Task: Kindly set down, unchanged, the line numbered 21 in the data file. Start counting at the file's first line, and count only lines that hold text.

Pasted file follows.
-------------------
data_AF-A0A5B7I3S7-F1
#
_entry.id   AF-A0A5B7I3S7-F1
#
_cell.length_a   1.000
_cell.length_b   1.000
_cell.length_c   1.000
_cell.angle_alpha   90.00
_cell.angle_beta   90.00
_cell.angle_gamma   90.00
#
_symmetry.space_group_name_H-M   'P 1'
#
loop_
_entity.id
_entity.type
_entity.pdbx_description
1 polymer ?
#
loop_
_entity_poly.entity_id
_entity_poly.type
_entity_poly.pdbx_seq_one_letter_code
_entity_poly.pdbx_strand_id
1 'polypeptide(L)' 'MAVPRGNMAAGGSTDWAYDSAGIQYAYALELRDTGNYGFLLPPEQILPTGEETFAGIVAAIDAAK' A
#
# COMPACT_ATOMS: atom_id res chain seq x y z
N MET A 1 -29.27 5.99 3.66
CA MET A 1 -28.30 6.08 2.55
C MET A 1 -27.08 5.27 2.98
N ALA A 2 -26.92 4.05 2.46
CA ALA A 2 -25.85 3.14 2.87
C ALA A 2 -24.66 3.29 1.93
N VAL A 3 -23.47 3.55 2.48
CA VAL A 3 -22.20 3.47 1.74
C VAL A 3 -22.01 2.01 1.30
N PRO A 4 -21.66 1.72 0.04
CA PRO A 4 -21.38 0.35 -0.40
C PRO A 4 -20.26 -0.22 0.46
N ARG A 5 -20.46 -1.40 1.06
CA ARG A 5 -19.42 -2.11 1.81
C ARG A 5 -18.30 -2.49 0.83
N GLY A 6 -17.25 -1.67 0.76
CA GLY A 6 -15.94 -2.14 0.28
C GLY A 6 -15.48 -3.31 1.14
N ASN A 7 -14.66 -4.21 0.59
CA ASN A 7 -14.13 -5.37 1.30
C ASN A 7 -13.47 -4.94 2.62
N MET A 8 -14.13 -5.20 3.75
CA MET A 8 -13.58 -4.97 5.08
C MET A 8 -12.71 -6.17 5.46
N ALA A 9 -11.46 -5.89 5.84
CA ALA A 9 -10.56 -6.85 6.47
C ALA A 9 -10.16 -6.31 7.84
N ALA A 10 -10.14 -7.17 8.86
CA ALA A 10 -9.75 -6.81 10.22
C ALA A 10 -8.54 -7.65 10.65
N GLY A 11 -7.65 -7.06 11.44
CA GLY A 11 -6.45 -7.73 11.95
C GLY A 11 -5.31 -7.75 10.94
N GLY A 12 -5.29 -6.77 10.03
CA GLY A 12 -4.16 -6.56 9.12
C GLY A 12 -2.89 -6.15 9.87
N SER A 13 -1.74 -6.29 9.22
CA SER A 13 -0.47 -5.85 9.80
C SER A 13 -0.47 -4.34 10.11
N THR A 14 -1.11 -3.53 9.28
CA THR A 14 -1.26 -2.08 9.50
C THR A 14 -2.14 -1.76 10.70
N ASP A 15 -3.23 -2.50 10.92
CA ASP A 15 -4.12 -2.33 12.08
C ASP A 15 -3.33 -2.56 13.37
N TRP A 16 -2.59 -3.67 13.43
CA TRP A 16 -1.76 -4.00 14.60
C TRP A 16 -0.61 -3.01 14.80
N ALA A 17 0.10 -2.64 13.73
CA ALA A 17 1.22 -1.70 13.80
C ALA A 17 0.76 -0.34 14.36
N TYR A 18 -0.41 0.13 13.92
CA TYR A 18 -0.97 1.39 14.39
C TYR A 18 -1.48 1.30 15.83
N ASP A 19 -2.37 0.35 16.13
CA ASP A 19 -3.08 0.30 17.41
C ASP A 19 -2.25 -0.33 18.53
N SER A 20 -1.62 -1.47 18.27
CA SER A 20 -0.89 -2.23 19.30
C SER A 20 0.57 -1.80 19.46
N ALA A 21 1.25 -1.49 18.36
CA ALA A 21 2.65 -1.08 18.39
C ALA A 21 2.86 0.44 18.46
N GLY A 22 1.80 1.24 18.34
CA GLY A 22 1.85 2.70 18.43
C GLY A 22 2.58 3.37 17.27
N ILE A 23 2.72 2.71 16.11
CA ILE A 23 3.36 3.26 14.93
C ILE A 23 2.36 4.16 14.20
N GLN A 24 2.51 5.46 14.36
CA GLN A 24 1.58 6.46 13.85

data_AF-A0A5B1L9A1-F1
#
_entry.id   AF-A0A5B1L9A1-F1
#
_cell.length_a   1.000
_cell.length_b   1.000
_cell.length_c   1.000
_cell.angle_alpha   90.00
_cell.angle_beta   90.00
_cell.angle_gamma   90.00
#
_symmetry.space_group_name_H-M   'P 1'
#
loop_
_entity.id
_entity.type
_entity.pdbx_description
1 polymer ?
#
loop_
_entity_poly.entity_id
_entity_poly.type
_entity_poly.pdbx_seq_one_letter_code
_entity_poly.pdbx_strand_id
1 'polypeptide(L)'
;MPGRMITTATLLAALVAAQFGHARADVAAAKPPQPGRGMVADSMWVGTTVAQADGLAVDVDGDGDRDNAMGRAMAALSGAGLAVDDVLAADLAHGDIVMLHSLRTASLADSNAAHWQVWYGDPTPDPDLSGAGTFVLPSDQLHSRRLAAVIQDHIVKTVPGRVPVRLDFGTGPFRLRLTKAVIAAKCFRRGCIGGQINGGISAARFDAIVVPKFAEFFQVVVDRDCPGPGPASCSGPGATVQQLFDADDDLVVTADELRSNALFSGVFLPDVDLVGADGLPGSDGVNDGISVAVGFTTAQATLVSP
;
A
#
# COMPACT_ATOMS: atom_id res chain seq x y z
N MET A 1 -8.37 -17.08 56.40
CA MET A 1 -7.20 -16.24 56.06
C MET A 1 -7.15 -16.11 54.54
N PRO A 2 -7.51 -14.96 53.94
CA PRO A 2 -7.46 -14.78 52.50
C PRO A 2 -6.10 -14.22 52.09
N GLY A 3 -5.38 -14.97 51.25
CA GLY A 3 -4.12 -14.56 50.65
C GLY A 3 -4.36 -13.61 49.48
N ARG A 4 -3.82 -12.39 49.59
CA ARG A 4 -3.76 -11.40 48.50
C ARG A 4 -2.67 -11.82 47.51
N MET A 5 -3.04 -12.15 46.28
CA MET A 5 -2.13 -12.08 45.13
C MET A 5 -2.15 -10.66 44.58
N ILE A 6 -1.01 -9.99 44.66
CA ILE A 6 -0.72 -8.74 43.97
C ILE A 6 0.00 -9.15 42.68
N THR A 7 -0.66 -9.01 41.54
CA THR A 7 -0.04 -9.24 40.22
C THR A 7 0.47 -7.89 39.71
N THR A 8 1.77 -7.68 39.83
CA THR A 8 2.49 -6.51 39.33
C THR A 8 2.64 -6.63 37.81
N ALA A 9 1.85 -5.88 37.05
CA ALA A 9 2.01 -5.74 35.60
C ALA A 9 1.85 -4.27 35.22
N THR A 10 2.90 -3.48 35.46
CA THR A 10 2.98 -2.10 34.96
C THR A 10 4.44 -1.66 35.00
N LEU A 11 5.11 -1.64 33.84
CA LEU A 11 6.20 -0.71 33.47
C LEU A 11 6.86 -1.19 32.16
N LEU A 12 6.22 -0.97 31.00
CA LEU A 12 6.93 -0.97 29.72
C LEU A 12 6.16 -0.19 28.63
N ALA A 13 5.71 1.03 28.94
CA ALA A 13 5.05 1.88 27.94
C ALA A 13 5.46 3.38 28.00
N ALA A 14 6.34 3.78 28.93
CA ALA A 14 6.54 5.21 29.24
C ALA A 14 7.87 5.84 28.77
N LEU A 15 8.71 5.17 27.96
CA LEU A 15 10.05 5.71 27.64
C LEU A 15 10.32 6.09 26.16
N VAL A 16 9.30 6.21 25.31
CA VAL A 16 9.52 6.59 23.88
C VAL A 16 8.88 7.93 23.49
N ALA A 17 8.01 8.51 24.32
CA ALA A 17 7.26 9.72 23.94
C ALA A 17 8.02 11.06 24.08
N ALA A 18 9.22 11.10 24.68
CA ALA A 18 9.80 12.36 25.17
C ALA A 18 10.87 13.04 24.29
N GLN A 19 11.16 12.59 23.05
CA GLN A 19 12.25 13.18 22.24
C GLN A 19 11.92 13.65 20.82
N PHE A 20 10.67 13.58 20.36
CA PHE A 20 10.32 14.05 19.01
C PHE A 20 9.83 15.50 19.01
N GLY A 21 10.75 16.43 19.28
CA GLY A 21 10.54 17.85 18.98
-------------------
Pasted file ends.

_entity_poly.entity_id